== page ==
The Mandelbrot set is a beautiful creature in Mathematics.

There are a lot of beautiful images of this set created with high precision, so obviously this set is "computable" in some sense.

However, what concerns me is the fact that it is not even recursively enumerable - simply because the set is uncountable. This could be resolved by requiring some sort of finite representation of the points.

Furthermore, although we know for sure that a lot of points belong to the set and others do not, there are also a lot of points whose membership in the set we don't know. All the images we've seen so far may include a lot of points that "up to n iterations kept in bound," but those points may not actually belong to the set.

So, for a given point with a finite presentation, the problem "Does this point belong to the set?" has not been proved to be decidable yet, if I am right.

Now, in what sense (by which definition) can we say the Mandelbrot set is "computable"?

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    $\begingroup$ "However, what concerns me is the fact that it is not even recursively enumerable - simply because the set is uncountable." - that probably shouldn't be what concerns you. After all, tons of really simple sets of points in $\mathbb R^2$ are uncountable. $\mathbb R^2$, for example. $\endgroup$ – user2357112 supports Monica May 18 '15 at 7:18

There are several ways of defining what it means for the Mandelbrot set to be computable. One possible definition is the Blum–Shub–Smale model. In this model, real computation is modelled by a machine similar to a RAM machine, whose access to real numbers is restricted to basic arithmetic and comparisons. Blum and Smale showed that the Mandelbrot set is uncomputable in this model, though its complement can be recursively enumerated using the traditional algorithm used for drawing them.

Another model is computable analysis, in which the Mandelbrot set is probably computable, as shown by Hertling (conditional on a widely believed conjecture, the hyperbolicity conjecture). In this model, computing the Mandelbrot set means being able to compute an approximation to the Mandelbrot set, within any desired accuracy (for the exact definition, see the reference on computable analysis).

Why is it, then, that the computer seems to be able to draw the Mandelbrot set? The main difficulty in showing that the traditional algorithm works is that it is difficult to tell in advance how many iterations to run before we decide that the point belongs to the set. Hertling shows that if the widely believed hyperbolicity conjecture holds, then there is a reasonable such bound. Presumably, the programs simply wait long enough; or they don't wait long enough, but only get a small fraction of the points wrong.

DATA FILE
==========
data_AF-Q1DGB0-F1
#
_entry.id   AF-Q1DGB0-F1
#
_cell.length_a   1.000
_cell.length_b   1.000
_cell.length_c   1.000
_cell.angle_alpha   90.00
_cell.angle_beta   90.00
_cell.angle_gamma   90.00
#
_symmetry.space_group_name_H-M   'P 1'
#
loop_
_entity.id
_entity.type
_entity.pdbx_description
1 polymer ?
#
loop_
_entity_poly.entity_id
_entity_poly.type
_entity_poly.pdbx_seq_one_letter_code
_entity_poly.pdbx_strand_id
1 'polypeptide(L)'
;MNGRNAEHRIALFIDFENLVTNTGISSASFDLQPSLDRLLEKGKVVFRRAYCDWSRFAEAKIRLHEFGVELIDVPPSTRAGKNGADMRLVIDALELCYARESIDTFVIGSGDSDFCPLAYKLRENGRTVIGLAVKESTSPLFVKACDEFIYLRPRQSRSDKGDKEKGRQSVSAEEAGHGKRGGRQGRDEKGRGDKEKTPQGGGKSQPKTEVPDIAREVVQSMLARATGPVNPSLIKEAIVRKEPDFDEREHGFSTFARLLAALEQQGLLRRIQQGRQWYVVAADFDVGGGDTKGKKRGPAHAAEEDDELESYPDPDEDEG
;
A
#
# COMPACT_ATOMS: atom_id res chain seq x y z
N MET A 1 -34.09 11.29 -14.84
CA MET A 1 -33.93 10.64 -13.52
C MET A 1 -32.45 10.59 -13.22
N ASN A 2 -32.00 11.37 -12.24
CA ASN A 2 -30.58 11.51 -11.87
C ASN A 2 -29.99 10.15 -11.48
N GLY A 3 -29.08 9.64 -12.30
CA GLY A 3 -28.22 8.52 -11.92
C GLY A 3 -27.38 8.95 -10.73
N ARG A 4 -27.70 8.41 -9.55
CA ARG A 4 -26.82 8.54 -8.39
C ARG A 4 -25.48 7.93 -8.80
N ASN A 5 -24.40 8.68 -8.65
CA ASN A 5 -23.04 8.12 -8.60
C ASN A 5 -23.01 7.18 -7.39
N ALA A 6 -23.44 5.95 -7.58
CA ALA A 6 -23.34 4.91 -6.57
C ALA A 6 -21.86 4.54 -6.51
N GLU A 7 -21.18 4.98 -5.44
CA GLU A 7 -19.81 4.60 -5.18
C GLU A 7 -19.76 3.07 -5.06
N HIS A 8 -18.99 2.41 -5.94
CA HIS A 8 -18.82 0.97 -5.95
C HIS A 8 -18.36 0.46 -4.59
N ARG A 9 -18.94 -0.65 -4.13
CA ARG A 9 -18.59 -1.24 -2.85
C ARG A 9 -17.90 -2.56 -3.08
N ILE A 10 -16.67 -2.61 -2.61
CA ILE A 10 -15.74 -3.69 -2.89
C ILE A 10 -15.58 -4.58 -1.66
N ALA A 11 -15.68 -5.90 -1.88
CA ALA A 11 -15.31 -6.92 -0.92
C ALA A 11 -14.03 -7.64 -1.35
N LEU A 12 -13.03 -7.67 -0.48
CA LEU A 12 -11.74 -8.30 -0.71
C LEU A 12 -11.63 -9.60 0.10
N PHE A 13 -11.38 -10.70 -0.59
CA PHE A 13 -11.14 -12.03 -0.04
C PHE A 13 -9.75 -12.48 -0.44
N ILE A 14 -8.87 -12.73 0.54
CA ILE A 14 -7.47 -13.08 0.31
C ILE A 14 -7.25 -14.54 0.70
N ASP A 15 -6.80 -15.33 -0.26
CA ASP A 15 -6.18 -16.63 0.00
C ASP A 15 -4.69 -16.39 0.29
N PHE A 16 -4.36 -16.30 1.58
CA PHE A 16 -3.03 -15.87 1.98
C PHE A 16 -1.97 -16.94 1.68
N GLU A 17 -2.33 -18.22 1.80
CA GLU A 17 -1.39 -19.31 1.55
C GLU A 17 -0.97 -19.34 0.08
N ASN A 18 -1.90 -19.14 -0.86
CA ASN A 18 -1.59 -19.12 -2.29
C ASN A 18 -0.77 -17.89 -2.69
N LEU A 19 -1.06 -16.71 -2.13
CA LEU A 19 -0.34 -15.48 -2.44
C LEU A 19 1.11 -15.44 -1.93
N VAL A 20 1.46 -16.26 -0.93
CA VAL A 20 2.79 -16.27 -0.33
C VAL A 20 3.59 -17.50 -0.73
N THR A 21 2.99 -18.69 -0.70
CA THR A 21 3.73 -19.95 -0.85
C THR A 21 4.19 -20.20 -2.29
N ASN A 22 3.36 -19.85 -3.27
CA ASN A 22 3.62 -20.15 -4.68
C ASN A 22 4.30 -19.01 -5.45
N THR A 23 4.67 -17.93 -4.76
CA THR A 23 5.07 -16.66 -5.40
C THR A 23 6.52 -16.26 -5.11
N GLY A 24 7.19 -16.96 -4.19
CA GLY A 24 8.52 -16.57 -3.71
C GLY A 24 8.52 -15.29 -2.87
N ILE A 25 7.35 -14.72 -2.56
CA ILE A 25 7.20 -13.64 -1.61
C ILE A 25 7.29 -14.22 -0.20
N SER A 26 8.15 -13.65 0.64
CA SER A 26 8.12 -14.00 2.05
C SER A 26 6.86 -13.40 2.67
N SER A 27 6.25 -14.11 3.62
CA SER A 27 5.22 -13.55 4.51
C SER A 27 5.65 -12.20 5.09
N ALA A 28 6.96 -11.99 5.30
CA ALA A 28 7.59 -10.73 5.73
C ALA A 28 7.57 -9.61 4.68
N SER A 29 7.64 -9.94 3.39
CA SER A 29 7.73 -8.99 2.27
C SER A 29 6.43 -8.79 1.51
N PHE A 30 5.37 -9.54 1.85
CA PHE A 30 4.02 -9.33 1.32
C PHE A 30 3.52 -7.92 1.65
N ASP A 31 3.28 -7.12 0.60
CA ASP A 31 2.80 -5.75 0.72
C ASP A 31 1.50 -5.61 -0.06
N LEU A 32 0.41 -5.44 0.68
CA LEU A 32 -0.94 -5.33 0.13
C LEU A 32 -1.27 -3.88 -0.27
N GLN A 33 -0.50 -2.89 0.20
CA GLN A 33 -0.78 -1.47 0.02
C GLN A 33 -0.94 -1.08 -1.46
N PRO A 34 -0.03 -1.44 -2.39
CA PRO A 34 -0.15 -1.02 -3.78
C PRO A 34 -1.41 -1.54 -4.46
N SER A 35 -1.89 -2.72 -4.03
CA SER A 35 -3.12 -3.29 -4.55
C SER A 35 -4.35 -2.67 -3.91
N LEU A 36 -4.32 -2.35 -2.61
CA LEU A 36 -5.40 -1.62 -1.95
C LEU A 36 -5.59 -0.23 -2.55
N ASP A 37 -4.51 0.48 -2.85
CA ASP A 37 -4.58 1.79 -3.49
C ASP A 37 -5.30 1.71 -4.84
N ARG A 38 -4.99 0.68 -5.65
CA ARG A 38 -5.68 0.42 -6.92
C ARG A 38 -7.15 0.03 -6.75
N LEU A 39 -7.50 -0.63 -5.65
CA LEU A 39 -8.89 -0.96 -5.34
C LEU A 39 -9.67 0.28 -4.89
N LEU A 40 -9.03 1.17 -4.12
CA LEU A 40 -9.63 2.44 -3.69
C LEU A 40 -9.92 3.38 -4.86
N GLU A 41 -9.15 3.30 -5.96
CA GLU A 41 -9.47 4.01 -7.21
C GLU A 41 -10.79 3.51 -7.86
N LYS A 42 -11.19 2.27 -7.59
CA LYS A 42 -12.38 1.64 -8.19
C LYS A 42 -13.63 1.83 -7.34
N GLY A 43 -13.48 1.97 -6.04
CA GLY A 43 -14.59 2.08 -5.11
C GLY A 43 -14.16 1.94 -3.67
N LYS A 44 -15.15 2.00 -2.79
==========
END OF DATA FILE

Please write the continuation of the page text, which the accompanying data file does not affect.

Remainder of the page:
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  • $\begingroup$ I had a look at both models, but both are not good enough for me... Since the best thing next to finite is compact, and Mandelbrot set is compact, I think there should be a model that claim it is "computable compact" somehow. For sets like $R$ we can say "computable locally compact". $\endgroup$ – Earth Engine May 19 '15 at 2:12

Basically, the Mandelbrot set is not computable (as far as we know). The fact that you see images does not mean it is computable. Those images are computing using an approximation: if the process runs longer than a set threshold, as a heuristic, the code assumes that it will never terminate. This heuristic can be wrong, and as a result those images might not be 100% accurate. In other words, those pictures are not an image of "the" Mandelbrot set; they are of an approximation to the Mandelbrot set.

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  • $\begingroup$ The fact that we compute only approximations is not the problem, I would think. The issue would be more whether these approximations converge to some limit that is the Mandelbrot set if you increase computation time. Do I misunderstand you? $\endgroup$ – babou May 18 '15 at 12:04
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    $\begingroup$ @babou, why would that be the issue? I can give you an algorithm that is an approximation to the Halting problem, i.e., it converges in the limit to the correct solution to the Halting problem -- but that's not enough that we'd consider the Halting problem to be computable. I don't think you misunderstand me. $\endgroup$ – D.W. May 18 '15 at 15:22
  • $\begingroup$ I must be confused somewhere. I was under the impression that infinite objects can be considered computable if they are the limit of an infinite sequence of computable ones, with some specific conditions on how convergence to the limit must behave. There seems to be a hole in my understanding. $\endgroup$ – babou May 18 '15 at 17:01
  • $\begingroup$ @babou, OK. I don't doubt your memory/understanding. I hadn't heard of that notion of computability, but I believe you. $\endgroup$ – D.W. May 18 '15 at 18:09
  • $\begingroup$ First, you should always doubt my memory/understanding. Much of what is discussed here is not in my area of (former) expertise. Actually my understanding relies on what little I read on computable real, which I understood as being computable with any required precision in a uniform way. Then there is my older semantic understanding of infinite structures as limits of finite structures in partially ordered sets, though I am not sure how the two are connected. $\endgroup$ – babou May 19 '15 at 0:08

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